CentOS 5 server setup series: getting started

Preface

As of writing, the most recent version of CentOS available is 5.6 so I will be using it as the basis for this howto. If a newer version is available, I recommend you use that version instead. Much of these instructions should still apply, especially if it is only a newer 5.x release.

This series of tutorials will help you set up a shared hosting server using hardened CentOS 5. The server will:

  • Run hardened CentOS 5
  • Use the Apache HTTPD daemon to serve webpages (optionally with SSL) using the ITK MPM
    • Have PHP 5 installed with the gd, mhash, mcrypt and suhosin extensions
    • Use mod_evasive installed to avoid DDoS attacks and mod_security to prevent hacks
  • Use dovecot to serve email to clients over IMAP and POP (both with SSL)
    • Dovecot looks up virtual users in the MySQL database and performs the SASL authentication
    • Dovecot is responsible for delivering all mail to each user's inbox
    • Each virtual user can be mapped to a system user and group
    • Roundcubemail configured for easy web access on all email accounts
  • Use Postfix MTA to accepts mail on ports 25 and 26 (for ISPs who block port 25) as well as 465 and 587
    • Relay access is denied without prior SASL authentication (which is handled by Dovecot)
    • User administration is easy; a change in the MySQL database will affect Dovecot and Postfix simultaneously
    • All incoming mail is scanned for spam (SpamAssassin) and viruses (clamd) with amavisd-new
    • Mail is rejected with an error instead of mail notices to prevent backscatter spam
  • Allow you to host multiple websites easily
    • Email addresses & passwords are stored in a MySQL database
    • Email aliases and domain-wide aliases (forward each user and alias in one domain to another) are supported
    • Each website gets its own system user making permission control easier and limiting damage in the event of a break-in or site hack
    • Flexible SSH configuration: each system user can independently be granted full SSH addess or be jailed to their ~/web folder

Before starting

When writing this tutorial, I assumed that you:

  • Have installed a Red Hat-based Linux distribution (RHEL, Fedora, CentOS, etc) before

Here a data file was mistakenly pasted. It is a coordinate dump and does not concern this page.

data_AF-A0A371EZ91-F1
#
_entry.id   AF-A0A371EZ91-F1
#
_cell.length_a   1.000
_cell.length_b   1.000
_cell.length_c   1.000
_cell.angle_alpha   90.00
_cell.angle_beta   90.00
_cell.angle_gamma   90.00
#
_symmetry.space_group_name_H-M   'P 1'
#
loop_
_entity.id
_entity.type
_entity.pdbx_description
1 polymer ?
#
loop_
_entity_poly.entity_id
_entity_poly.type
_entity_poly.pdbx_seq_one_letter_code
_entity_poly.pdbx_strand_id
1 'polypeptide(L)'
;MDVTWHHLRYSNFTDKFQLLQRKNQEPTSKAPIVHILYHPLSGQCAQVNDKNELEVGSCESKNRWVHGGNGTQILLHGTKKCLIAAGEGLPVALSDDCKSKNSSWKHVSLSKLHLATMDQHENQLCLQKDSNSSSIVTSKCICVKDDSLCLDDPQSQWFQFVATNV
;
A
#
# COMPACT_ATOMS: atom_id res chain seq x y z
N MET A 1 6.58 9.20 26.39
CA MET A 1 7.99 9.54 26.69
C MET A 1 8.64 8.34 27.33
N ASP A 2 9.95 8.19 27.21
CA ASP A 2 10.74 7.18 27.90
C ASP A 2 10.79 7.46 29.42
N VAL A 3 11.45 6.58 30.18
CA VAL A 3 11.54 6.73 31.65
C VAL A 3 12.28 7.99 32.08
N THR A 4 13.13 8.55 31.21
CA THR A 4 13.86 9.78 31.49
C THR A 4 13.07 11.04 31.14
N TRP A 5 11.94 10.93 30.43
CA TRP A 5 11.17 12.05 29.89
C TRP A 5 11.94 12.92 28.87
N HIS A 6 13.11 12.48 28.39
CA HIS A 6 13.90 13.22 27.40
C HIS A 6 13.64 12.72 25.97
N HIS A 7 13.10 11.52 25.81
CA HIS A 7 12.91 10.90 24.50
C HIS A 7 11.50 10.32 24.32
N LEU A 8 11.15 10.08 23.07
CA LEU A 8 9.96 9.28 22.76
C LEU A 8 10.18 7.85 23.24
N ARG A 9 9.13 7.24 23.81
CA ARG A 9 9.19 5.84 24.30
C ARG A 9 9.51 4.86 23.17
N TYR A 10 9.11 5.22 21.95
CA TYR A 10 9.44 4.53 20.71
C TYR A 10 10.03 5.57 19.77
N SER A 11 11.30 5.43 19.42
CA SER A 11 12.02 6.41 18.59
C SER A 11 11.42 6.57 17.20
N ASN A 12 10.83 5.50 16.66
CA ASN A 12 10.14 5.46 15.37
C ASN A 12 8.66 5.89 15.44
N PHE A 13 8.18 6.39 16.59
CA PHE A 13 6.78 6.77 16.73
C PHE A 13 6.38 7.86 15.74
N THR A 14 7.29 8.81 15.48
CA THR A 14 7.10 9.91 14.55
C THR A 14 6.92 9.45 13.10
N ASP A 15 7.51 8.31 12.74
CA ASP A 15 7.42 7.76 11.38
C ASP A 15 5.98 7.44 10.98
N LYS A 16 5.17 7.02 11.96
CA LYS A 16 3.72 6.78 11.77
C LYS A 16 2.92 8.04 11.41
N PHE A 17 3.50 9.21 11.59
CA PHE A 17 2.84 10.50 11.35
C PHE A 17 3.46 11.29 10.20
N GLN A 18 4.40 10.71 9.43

• Have a basic knowledge of how to use the command line (how to create/edit files, executing commands)
  • Have an extensive knowledge of the various security problems you will need to deal with while adminstering the server, including:
    • Rootkits and malware
    • Intrusion detection & prevention
    • Denial of service (DoS/DDoS) attacks
    • Spam prevention and backscatter spam
  • Are familiar with editing configuration files
  • Know how to add/remove software on the system using Yum
  • Are familiar with the basics of RPM rebuilding

Legal Disclaimer

Please note that this guide is provided on an informal, as-is basis. Although I have done my best to research, test and secure this setup, I am not responsible for any damanges you suffer as a result of using this configuration. Remember that you need to thoroughly test any setup before implementing it on a live server!

Installing CentOS 5

Visit the CentOS project website and download the latest 5.x netinstall ISO image from a nearby mirror. You will be installing the bare minimum set of packages, so there is no need to spend hours downloading all 7 CDs or the large DVD - you will only need the netinstall image. However, because we will be installing from the network, please be sure to mark down a mirror URL that you wish to use for the installation from the list of CentOS mirrors. You will need to enter this mirror's hostname and the path to the CentOS RPMs later on in the installation process.

Once you have started the installation process, choose the HTTP install method and enter the URL and path that you noted earlier. In the example below, I am using mirror.iweb.ca.
HTTP installation method
For more information on this process, see section 12.11 of the Red Hat Enterprise Linux installation guide, Installing via HTTP.

When promted for choosing a disk partition layout, choose the option that best suits your needs from the drop-down menu. However, ensure that Review and modify partitioning layout is selected before clicking Next.
Partitioning setup
Although not strictly nescessary, it is also wise to create a separate /home partition for your user's data. Keep in mind when allocating space to partitions that by the time you have finished configuring the server, all of the user data except MySQL databases will be stored on the /home partition (MySQL databases are stored under /var/lib/mysql instead).

After selecting the root password, you will find yourself at the package group selection step. Unselect all groups, click Customize now at the bottom of the screen and then click Next.
Customizing the initial software to be installed
Browse in every section and unselect all groups, including the Base group. A server is only as secure as its weakest component, and so there is no sense in running or even installing any unnessesary software that can provide hackers with potential attack vectors. By installing a smaller software set, your server will be more secure.
Deselecting all package groups
Now that you've unselected all package groups, hit Next again to start the installation process. After a reboot, you will be running a bare-minimum CentOS 5 system!

Repository setup

The first step after installation is to install a few extra repositories. These will be used to install additional packages that are not included by default in the official CentOS repositories.

EPEL

EPEL (Enterprise Packages for Enterprise Linux) is a community-run repository as a part of the Fedora Project that contains many additional packages that we will find useful during the server configuration.

rpm -Uhv http://download.fedoraproject.org/pub/epel/5/i386/epel-release-5-4.noarch.rpm